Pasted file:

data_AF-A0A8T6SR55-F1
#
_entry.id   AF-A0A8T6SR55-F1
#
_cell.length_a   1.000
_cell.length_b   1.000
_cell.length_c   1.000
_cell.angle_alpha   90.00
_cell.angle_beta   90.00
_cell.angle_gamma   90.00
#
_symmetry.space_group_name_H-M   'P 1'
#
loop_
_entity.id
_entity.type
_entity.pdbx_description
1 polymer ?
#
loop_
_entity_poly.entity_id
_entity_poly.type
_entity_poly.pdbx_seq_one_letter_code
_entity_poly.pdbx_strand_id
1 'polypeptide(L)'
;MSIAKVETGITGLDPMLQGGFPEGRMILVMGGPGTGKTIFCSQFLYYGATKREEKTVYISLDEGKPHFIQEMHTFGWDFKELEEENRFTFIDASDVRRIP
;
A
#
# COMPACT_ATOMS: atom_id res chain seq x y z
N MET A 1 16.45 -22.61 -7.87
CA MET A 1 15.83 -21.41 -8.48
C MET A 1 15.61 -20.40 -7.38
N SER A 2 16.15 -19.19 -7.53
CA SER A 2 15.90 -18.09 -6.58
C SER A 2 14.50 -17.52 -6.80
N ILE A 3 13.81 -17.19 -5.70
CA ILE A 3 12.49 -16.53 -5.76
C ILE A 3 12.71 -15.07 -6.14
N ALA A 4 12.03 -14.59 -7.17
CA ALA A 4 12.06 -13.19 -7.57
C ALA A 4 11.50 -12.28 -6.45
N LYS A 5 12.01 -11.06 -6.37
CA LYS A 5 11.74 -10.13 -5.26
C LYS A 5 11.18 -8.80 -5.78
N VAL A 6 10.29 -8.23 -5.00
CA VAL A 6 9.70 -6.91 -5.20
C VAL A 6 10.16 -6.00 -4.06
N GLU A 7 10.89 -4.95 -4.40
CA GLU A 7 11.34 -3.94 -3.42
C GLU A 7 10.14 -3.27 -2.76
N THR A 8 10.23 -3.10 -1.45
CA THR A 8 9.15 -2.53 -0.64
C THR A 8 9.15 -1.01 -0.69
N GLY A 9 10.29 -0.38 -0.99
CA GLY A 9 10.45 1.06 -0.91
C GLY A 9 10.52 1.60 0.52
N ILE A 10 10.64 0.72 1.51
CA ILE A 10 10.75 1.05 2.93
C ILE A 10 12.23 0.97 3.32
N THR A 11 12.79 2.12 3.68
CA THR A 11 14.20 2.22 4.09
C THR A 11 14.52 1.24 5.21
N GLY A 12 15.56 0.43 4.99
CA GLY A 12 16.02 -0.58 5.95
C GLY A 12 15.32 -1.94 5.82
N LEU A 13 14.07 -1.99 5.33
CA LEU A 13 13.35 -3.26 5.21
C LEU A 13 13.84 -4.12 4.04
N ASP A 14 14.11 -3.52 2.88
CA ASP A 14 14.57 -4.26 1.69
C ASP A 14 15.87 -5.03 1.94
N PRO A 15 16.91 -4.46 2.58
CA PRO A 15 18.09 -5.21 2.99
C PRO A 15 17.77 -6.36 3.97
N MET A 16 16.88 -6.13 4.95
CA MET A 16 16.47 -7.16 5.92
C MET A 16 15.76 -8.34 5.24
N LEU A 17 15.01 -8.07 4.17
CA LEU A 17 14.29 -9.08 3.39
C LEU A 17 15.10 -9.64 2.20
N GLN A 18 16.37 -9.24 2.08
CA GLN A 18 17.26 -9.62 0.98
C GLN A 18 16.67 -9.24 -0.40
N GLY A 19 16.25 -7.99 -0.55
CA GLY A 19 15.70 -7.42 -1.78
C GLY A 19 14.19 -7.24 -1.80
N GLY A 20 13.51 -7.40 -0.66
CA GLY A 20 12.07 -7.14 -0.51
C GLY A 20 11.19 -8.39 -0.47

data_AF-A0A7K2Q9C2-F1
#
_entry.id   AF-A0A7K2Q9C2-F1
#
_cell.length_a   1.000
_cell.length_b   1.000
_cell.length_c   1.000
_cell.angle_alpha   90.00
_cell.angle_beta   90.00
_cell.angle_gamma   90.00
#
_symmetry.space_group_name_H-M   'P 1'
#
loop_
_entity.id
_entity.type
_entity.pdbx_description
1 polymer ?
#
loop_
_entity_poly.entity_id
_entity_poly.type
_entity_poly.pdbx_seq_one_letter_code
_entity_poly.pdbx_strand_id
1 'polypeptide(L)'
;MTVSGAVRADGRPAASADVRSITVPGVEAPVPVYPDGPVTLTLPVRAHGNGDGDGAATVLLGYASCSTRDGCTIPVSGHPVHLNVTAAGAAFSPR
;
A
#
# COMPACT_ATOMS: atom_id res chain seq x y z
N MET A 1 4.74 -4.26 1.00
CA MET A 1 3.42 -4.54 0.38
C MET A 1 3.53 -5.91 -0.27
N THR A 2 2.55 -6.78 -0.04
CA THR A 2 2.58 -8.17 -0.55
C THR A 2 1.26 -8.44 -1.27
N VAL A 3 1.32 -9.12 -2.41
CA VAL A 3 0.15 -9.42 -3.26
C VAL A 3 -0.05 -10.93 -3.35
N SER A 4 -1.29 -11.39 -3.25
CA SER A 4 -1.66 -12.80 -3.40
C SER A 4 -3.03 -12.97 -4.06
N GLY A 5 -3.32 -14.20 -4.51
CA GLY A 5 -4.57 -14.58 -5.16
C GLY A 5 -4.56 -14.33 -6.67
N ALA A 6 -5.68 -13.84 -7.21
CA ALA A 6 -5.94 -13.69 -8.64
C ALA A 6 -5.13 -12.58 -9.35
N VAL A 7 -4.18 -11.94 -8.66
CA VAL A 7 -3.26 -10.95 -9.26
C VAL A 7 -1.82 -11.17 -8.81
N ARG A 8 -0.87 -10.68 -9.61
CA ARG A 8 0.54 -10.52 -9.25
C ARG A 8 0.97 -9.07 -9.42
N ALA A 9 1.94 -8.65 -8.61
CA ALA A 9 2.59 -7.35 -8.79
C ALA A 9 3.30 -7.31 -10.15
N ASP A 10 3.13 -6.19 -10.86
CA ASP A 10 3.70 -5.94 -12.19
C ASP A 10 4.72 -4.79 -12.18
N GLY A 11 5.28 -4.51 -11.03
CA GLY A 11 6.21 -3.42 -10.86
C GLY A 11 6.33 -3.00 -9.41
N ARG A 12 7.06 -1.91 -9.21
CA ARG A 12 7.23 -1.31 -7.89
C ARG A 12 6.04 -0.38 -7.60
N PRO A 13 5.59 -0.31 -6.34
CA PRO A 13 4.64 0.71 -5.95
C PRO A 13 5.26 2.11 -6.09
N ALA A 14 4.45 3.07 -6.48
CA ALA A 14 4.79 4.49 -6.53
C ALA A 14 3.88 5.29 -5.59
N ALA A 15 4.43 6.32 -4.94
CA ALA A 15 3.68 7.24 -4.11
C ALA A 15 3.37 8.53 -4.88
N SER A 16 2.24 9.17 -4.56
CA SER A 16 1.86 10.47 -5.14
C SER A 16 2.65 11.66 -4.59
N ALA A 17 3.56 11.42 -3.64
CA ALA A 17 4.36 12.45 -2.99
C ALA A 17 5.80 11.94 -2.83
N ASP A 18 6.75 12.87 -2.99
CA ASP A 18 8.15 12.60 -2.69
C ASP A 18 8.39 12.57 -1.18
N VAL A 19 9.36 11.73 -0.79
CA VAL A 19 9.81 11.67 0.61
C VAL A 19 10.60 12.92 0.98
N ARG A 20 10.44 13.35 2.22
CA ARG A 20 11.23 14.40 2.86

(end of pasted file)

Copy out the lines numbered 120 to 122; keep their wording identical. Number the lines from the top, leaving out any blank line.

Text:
# COMPACT_ATOMS: atom_id res chain seq x y z
N MET A 1 4.74 -4.26 1.00
CA MET A 1 3.42 -4.54 0.38